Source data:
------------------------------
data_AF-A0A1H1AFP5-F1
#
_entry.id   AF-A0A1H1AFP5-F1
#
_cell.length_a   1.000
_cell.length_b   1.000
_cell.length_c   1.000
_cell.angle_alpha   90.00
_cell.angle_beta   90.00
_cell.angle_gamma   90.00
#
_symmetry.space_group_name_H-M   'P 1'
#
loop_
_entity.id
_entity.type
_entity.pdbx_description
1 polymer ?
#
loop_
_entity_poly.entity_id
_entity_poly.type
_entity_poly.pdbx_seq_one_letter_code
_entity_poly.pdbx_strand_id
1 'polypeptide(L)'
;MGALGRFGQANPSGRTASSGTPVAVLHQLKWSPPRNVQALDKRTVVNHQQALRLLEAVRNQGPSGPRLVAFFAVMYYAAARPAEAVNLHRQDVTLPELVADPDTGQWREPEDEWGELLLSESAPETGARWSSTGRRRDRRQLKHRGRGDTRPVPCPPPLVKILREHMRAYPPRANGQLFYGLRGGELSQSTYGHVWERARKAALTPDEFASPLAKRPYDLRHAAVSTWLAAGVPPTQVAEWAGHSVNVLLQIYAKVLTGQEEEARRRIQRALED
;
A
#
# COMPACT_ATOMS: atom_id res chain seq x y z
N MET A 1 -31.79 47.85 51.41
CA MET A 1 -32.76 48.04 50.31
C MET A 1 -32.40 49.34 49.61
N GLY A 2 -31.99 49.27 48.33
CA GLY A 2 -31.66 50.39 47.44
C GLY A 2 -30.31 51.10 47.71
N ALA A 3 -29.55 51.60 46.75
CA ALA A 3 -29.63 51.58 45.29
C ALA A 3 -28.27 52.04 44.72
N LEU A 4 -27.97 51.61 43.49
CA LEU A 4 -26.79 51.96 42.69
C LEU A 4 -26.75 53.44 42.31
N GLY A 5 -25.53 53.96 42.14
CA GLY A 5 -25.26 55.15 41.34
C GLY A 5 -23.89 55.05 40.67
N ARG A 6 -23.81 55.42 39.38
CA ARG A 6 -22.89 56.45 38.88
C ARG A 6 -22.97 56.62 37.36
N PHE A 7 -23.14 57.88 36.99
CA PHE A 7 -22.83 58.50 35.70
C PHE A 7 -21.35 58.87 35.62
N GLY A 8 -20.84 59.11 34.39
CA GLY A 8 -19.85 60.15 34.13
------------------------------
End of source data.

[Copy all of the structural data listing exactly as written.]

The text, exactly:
data_AF-A0A1H1AFP5-F1
#
_entry.id   AF-A0A1H1AFP5-F1
#
_cell.length_a   1.000
_cell.length_b   1.000
_cell.length_c   1.000
_cell.angle_alpha   90.00
_cell.angle_beta   90.00
_cell.angle_gamma   90.00
#
_symmetry.space_group_name_H-M   'P 1'
#
loop_
_entity.id
_entity.type
_entity.pdbx_description
1 polymer ?
#
loop_
_entity_poly.entity_id
_entity_poly.type
_entity_poly.pdbx_seq_one_letter_code
_entity_poly.pdbx_strand_id
1 'polypeptide(L)'
;MGALGRFGQANPSGRTASSGTPVAVLHQLKWSPPRNVQALDKRTVVNHQQALRLLEAVRNQGPSGPRLVAFFAVMYYAAARPAEAVNLHRQDVTLPELVADPDTGQWREPEDEWGELLLSESAPETGARWSSTGRRRDRRQLKHRGRGDTRPVPCPPPLVKILREHMRAYPPRANGQLFYGLRGGELSQSTYGHVWERARKAALTPDEFASPLAKRPYDLRHAAVSTWLAAGVPPTQVAEWAGHSVNVLLQIYAKVLTGQEEEARRRIQRALED
;
A
#
# COMPACT_ATOMS: atom_id res chain seq x y z
N MET A 1 -31.79 47.85 51.41
CA MET A 1 -32.76 48.04 50.31
C MET A 1 -32.40 49.34 49.61
N GLY A 2 -31.99 49.27 48.33
CA GLY A 2 -31.66 50.39 47.44
C GLY A 2 -30.31 51.10 47.71
N ALA A 3 -29.55 51.60 46.75
CA ALA A 3 -29.63 51.58 45.29
C ALA A 3 -28.27 52.04 44.72
N LEU A 4 -27.97 51.61 43.49
CA LEU A 4 -26.79 51.96 42.69
C LEU A 4 -26.75 53.44 42.31
N GLY A 5 -25.53 53.96 42.14
CA GLY A 5 -25.26 55.15 41.34
C GLY A 5 -23.89 55.05 40.67
N ARG A 6 -23.81 55.42 39.38
CA ARG A 6 -22.89 56.45 38.88
C ARG A 6 -22.97 56.62 37.36
N PHE A 7 -23.14 57.88 36.99
CA PHE A 7 -22.83 58.50 35.70
C PHE A 7 -21.35 58.87 35.62
N GLY A 8 -20.84 59.11 34.39
CA GLY A 8 -19.85 60.15 34.13